One of Viajero Inmovil's newest retrievals from archival perdition is a 1978 solo album by Argentine, Julio Presas, a guitarist-vocalist who recorded with the Buenos Aires-based group, Materia Gris (Grey Matter). The Amaneciendo tapes laid withering in a drawer for many, many years, and had already begun to deteriorate when action was taken to remaster them for this belated official release. The luster of a prog artifact has been restored, first cultivated by Presas (who also played bass), keyboardist Carlos Cutaia, and drummer Carlos Rigante. 2nd keysman Marcelo Vitale added synth doodles on three tracks, and Alicia Presas lent her voice for certain choruses. There is little in the way of vocals on this album, so it should be classified an instrumental work, with one major exception.
Save one, every number is four minutes in length, or shorter; the album is stylistically consistent, intended to be consumed as a whole, so only several pieces really stand out in this ensemble recording. The intricacies of Presas' guitar-playing betray the influence of Hackett & Latimer—Cutaia counters by fulfilling the Bardens/Wright dual role. The music is pastoral in color, owing to Camel, Oldfield & other 70s Western European symphonic acts. Juicy analog bass & a typically-Minimoog-ish lead overpower Presas' delicate acoustic arpeggios on the opening title track (Dawning On The Southern Cross); individual piano notes file out out and intermingle with notes picked on guitar. "Ronda Al Fin" (Rounding Out Towards The End) & "La Reuniòn" (The Reunion) carry on in a similarly meditative fashion, imaginary soundtracks for a journey. The oddly-titled "Siempre Dependemos De La Escuela" (We Always Depend On The School) strikes jubilantly with bright triad chords and melodic bass. Cutaia's keyboards occasionally threaten to take the lead spot—an implied threat, it's obvious he & Presas mastered the art of not getting in the other player's way.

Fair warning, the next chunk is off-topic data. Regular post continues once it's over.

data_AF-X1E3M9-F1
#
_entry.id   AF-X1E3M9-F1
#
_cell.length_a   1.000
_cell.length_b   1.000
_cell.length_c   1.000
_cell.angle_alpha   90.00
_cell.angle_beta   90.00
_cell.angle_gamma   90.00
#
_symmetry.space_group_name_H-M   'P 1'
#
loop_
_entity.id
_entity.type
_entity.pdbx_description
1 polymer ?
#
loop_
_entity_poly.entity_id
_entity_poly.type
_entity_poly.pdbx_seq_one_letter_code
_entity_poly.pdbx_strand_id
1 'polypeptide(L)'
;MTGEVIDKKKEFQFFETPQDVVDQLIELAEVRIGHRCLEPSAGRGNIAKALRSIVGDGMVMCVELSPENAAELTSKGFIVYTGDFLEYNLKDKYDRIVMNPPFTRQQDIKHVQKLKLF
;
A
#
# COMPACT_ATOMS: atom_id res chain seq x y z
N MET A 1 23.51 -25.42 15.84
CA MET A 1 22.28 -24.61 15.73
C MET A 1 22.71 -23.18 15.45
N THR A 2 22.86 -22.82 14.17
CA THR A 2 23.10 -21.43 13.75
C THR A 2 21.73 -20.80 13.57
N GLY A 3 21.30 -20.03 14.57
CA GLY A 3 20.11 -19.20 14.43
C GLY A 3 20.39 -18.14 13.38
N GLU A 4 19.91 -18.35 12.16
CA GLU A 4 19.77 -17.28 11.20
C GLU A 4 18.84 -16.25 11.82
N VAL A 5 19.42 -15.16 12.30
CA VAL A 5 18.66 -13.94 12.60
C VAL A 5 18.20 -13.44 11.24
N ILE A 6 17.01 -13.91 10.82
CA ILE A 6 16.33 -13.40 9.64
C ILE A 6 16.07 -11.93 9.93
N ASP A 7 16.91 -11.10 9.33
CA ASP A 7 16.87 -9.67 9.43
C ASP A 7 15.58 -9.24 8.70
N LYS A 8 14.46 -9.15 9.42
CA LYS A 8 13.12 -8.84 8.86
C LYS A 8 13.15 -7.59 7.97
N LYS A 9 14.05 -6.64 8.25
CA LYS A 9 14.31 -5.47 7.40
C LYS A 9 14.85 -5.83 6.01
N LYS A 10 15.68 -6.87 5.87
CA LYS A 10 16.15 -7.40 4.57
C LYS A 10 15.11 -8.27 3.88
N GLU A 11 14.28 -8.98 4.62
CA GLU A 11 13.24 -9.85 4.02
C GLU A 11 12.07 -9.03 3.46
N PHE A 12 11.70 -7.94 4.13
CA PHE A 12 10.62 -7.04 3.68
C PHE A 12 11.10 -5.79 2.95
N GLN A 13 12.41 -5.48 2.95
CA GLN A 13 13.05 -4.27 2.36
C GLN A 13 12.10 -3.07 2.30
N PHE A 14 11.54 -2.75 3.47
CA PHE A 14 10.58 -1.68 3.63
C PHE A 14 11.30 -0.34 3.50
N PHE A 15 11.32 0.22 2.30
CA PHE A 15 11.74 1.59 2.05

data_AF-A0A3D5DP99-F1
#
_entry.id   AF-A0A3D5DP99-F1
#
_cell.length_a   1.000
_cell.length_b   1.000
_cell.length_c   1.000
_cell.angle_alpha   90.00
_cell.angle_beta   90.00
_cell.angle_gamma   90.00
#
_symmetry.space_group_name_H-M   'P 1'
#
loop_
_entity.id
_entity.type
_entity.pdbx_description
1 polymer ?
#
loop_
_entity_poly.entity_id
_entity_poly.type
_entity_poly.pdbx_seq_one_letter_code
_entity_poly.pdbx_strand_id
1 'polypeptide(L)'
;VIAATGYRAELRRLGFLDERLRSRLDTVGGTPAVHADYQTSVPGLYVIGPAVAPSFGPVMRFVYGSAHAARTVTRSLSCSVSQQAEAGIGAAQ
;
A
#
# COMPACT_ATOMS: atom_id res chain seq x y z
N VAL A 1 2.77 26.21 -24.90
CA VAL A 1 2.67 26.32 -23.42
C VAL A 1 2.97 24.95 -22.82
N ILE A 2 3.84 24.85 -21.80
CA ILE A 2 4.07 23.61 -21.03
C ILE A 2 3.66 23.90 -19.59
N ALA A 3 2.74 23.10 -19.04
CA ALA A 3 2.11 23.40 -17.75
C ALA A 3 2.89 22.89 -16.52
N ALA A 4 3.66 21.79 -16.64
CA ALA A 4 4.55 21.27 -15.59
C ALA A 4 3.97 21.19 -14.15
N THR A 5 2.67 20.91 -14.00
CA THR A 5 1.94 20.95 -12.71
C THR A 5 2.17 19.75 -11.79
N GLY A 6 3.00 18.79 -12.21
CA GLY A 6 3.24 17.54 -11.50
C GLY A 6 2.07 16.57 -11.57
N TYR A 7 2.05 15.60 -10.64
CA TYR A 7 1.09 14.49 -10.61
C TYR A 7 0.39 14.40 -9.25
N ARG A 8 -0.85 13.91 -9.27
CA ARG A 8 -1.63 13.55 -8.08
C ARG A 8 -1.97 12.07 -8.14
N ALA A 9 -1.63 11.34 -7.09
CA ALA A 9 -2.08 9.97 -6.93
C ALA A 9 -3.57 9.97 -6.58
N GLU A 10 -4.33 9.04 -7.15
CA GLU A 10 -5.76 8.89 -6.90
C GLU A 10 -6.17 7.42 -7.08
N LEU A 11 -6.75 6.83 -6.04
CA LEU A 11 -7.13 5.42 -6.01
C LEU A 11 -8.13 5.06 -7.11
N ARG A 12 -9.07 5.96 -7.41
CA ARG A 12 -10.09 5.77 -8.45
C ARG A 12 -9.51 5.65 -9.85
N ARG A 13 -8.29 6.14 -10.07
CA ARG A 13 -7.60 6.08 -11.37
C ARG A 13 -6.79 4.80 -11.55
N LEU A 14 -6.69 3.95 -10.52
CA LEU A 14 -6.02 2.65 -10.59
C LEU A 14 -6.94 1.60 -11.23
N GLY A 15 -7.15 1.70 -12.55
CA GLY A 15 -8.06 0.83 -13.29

"Porqué Perdimos Pasiòn?" (Why Have We Lost Our Passion?)" and "Desconcertado Estàs" (You're Disconcerted) pick up the pace with some nice legato synth lines & Oldfieldesque leads. "Otoño De Soledad" (The Fall Of Solitude) brings Alicia Presas' wispy vox and Cutaia's elegant, minimalistic harpsichord & velvety strings, while the guitar part is easily transposed to piano.
Rude Awakening Dept.— The pristine lull the album weaves up until this point is shattered by a horrible vocal track called, ironically, "Las Suaves Palabras" (Smooth Words). This is the only track to feature full-blown vocals by Julio. No comment on the mundane, inoffensive lyrics, but he sings in heavily-accented English (not a good thing, this time out).
The initial album closes with one—surprise—fabulous, 4-½ minute standout cut called "En Un Mar De Silencio" (In A Sea Of Silence), one positively exquisite composition. Presas' haunting guitar hovers against a shadowy, minimalist backdrop; keys & drums barely surface to break the murky tension. Vitale's synths touch off briefly—an important lesson that sometimes, less is more.
Viajero-Inmovil's norm seems to be three bonus tracks: from whence these came, only The Thing From Beyond may know…three minute-long instrumental snippets clearly excerpted from unknown, longer compositions. A burbling analog noise here, a jazzy rhythm there, bluesy piano over there, some guitar yonder…well, what was the point? The disc sounds fine without them. Indulge.